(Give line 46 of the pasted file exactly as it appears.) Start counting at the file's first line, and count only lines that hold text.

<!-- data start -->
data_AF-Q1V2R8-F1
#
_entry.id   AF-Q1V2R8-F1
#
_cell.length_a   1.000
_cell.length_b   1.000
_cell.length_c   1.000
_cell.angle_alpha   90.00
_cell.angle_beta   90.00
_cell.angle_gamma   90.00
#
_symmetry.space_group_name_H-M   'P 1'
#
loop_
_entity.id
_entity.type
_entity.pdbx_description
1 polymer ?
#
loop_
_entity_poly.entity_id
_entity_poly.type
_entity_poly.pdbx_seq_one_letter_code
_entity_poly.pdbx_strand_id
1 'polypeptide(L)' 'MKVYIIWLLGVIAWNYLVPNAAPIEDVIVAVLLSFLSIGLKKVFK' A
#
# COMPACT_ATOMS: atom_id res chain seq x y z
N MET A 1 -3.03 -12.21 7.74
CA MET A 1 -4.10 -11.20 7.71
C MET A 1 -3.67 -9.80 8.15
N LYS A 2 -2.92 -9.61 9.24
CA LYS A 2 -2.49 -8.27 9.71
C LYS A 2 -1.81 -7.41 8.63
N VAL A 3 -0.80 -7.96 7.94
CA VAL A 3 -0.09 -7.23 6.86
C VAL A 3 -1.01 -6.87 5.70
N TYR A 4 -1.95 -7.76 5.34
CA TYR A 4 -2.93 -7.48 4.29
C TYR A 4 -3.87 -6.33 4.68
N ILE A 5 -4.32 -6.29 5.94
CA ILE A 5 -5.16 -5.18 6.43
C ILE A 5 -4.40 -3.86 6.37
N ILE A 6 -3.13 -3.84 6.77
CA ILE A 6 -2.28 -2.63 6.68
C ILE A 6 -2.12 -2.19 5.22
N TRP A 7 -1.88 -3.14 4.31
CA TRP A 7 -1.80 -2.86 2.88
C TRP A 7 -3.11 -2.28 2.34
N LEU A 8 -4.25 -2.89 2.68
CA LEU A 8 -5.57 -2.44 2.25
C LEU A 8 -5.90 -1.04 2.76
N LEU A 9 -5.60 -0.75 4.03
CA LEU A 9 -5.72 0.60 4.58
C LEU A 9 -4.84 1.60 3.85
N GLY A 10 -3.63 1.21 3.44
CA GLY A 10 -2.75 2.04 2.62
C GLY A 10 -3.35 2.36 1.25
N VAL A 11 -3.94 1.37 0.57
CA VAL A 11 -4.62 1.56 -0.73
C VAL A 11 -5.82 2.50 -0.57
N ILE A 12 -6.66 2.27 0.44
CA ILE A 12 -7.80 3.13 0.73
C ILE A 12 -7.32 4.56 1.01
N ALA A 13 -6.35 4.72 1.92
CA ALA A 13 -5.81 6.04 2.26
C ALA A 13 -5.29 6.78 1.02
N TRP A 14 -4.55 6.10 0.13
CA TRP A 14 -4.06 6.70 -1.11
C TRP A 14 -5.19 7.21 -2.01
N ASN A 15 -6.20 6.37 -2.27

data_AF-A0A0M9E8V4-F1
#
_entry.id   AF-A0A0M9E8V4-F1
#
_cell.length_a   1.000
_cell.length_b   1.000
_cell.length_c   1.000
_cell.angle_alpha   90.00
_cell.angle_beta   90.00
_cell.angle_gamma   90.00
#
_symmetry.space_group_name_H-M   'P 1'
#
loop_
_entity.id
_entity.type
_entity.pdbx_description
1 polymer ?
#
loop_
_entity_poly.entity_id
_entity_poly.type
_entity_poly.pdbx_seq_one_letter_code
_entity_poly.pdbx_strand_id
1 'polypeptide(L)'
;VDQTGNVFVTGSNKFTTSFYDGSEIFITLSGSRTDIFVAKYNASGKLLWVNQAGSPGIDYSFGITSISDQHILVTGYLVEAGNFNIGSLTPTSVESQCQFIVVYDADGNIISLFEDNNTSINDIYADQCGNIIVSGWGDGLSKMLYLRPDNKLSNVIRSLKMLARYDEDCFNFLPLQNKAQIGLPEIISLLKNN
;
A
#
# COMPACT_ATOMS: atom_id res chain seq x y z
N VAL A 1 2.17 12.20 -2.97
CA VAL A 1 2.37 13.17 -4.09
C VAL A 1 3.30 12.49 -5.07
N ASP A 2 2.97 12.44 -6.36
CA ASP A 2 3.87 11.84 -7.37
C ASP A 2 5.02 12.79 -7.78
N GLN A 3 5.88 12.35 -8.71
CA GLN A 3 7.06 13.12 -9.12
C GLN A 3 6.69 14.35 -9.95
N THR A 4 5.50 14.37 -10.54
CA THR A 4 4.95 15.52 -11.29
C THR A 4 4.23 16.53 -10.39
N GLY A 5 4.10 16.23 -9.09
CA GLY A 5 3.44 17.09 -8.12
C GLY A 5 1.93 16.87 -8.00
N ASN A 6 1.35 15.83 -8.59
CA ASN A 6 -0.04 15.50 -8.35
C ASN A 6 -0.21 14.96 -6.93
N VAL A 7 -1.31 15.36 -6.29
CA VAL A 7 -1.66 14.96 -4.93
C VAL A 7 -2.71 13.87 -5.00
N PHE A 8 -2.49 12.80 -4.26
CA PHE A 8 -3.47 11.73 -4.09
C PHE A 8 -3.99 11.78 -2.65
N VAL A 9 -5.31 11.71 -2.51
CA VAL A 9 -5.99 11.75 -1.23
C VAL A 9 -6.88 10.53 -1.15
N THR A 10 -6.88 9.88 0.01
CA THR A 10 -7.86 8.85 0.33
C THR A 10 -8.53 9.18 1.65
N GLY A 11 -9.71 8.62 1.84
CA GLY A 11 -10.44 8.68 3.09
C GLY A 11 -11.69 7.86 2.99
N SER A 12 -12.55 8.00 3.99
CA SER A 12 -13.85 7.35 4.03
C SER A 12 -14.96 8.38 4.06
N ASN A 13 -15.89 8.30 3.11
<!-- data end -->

N TRP A 7 -1.88 -3.14 4.31